By: Guy K. Noa, Esq.

Last week, the Florida Supreme Court ruled that a patient’s right of access under Amendment 7 to records related to “adverse medical incidents” was not preempted by federal law.

Article X, Section 25, of the Florida Constitution, also known as Amendment 7, was proposed by a ballot initiative, passed by more than 81% of Florida voters, and incorporated into the Florida Constitution in 2004.  It provides patients “a right to have access to any records made or received in the course of business by a health care facility or provider relating to any adverse medical incident.”  “Adverse medical incident” is broadly defined as “any other act, neglect, or default of a health care facility or health care provider that caused or could have caused injury to or death of a patient.”  Essentially, the reports detail health care errors that caused or could have caused injury or death to a patient.

In 2005, Congress passed the Patient Safety and Quality Improvement Act (the “Federal Act”), which created a voluntary system of sharing data and health care errors for the purpose of improving patient safety and the quality of medical care.  Participating health care providers create a patient evaluation system in which relevant information regarding health care errors is collected and sent to a patient safety organization.  In turn, the patient safety organization provides feedback and recommendations to the healthcare provider on ways to improve patient safety and quality of care.  To encourage participation in the system by healthcare providers, Congress declared that the information collected and shared would be privileged and confidential under the Federal Act as “patient safety work product.”  Because the shared information could include adverse medical incident reports generated pursuant to Florida law, there was an apparent conflict between a patient’s right of access to the reports under the Florida Constitution, and the confidentiality protections afforded to healthcare providers under the Federal Act.  This apparent conflict was at issue in the Florida Supreme Court case, Charles v. Southern Baptist Hospital of Florida, Inc.

The case stemmed from a medical malpractice action initiated by Jean Charles Jr. on behalf of his sister, Marie Charles, and her minor children. The lawsuit alleged that Marie suffered a severe neurological injury due to Southern Baptist’s negligence.  During discovery, Charles filed requests for production pursuant to Amendment 7 seeking, among other things, adverse medical incident reports.  Southern Baptist withheld production of certain adverse medical incident reports, claiming that while the reports were potentially responsive to Charles’ requests, they were not subject to production because they were privileged and confidential under the Federal Act as patient safety work product.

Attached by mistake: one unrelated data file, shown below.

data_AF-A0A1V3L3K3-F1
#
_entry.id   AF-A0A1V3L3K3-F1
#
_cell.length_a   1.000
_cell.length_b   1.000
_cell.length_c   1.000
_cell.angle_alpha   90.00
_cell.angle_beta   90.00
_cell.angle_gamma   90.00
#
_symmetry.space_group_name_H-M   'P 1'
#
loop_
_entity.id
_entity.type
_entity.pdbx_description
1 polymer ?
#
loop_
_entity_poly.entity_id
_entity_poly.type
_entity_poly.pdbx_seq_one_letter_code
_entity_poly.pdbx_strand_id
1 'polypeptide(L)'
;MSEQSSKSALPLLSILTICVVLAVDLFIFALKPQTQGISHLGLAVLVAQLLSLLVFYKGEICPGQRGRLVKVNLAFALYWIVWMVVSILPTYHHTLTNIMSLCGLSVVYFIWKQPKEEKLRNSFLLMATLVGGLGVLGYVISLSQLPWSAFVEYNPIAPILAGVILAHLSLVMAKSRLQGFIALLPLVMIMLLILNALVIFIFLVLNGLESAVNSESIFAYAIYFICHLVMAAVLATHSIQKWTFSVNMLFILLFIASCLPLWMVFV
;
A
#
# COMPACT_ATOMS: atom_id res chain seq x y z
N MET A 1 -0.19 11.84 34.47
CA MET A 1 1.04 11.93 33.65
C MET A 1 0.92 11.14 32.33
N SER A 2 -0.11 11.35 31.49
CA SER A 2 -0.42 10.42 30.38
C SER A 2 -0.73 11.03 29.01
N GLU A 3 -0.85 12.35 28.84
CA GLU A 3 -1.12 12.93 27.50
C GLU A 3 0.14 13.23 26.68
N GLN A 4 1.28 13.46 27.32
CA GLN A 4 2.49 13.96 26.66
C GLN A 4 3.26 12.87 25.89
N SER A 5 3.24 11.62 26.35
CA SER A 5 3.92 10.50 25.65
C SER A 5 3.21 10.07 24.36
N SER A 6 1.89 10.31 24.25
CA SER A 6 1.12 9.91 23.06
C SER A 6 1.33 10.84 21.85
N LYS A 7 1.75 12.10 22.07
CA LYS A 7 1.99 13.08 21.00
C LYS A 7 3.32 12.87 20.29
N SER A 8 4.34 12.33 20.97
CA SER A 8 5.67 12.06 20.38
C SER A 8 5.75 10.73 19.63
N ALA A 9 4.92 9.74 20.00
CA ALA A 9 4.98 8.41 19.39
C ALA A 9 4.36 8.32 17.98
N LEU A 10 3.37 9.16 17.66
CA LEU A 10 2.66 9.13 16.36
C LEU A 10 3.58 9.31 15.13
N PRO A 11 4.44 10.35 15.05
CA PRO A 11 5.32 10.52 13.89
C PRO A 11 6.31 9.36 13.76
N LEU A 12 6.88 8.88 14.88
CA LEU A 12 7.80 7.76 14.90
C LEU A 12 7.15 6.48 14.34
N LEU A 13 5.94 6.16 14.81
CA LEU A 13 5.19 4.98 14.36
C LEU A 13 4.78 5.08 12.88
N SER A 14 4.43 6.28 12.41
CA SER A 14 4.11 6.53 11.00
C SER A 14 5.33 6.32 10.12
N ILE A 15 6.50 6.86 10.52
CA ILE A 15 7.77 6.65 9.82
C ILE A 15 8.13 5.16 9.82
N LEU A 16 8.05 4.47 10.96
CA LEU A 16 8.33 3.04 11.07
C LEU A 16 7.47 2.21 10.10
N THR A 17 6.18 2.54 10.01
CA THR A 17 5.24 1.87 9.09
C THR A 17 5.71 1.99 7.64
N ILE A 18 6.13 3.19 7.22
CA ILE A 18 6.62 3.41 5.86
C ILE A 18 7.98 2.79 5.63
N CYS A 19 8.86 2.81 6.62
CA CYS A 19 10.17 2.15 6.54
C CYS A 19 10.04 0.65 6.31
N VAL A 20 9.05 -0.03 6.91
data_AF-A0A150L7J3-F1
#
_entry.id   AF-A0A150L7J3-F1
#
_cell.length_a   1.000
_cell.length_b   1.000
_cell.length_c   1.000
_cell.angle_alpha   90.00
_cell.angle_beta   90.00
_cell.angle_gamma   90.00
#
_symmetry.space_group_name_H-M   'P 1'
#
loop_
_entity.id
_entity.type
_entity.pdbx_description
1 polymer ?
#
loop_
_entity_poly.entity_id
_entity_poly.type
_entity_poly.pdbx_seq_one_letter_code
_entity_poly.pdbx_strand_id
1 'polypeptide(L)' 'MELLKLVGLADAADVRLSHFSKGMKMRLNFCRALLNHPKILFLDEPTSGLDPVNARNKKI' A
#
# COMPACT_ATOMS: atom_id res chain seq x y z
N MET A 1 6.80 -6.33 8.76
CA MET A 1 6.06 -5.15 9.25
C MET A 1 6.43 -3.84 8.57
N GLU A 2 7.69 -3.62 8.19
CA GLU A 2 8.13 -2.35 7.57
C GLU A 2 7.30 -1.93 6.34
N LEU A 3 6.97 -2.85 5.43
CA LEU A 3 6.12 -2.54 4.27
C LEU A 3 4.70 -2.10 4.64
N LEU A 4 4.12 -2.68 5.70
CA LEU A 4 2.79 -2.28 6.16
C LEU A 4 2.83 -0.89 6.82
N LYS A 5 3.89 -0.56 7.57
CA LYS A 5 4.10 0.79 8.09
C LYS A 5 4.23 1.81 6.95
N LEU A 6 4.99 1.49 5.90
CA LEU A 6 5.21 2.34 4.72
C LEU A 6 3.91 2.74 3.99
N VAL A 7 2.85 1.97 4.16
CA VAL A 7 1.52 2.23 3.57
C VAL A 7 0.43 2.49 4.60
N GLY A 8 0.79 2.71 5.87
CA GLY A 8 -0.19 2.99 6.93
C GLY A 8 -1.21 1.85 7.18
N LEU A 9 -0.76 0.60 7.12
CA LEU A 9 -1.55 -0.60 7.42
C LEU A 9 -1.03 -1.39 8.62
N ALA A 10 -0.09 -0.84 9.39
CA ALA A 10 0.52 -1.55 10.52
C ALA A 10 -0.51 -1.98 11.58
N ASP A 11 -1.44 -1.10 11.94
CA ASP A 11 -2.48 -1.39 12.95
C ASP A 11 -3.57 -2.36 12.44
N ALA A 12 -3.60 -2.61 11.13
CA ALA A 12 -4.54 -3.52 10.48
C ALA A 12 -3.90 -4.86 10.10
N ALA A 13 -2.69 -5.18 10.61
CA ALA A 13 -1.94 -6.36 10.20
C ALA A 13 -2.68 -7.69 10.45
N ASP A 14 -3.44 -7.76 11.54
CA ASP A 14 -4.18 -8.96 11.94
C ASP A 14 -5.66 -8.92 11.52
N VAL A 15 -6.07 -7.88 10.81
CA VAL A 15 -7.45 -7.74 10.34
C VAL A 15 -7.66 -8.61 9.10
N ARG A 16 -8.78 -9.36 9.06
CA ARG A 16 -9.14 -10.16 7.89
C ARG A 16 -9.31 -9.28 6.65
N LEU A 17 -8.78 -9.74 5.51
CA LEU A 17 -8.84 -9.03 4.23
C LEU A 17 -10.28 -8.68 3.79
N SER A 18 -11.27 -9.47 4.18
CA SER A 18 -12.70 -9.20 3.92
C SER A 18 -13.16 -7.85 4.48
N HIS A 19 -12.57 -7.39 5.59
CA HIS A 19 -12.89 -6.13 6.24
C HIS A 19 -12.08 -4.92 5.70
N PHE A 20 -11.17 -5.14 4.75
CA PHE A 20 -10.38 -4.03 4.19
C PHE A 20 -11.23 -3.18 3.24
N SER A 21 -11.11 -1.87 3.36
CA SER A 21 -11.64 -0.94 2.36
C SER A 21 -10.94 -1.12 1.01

In determining that the adverse medical incident reports were not protected under the Federal Act, the Florida Supreme Court reasoned that while the Act generally states that documents placed into a patient safety evaluation system that do not exist outside the system are privileged and confidential, the Act also makes numerous exceptions, particularly for information collected, maintained, or developed separately from a patient safety evaluation system.  The language of the Act also states that it does not affect a healthcare provider’s recordkeeping obligation under state law.

The Court reasoned that adverse medical incident reports were not patient safety work product because Florida law requires providers to create and maintain those reports and Amendment 7 provides patients with a constitutional right to obtain them.  Thus, the Court held, the reports fell within the exception for information collected and maintained separately from a patient safety evaluation system and the disclosure of the reports to patients “fits squarely within the provider’s recordkeeping obligations under state law.”  Accordingly, adverse incident reports could not be classified as protected patient safety work product under the Federal Act.

The Court further held that Amendment 7 was not preempted by the Federal Act, concluding that Congress never intended to preempt state laws or Amendment 7 through the Act’s passage.  Rather, “the clear intent of the Federal Act was for the voluntary reporting system to function harmoniously within existing state reporting and discovery laws” and “to improve the overall health care in this system, not to act as a shield to providers, thereby dismantling an important right afforded to Florida citizens through Amendment 7.”

The Supreme Court’s holding is important as Amendment 7 provides critical information for injured parties who have filed a medical malpractice suit as a result of negligent care, and it also allows individuals to make informed decisions when choosing health care providers.

If you or a loved one were injured by medical malpractice, please contact us for a free consultation.

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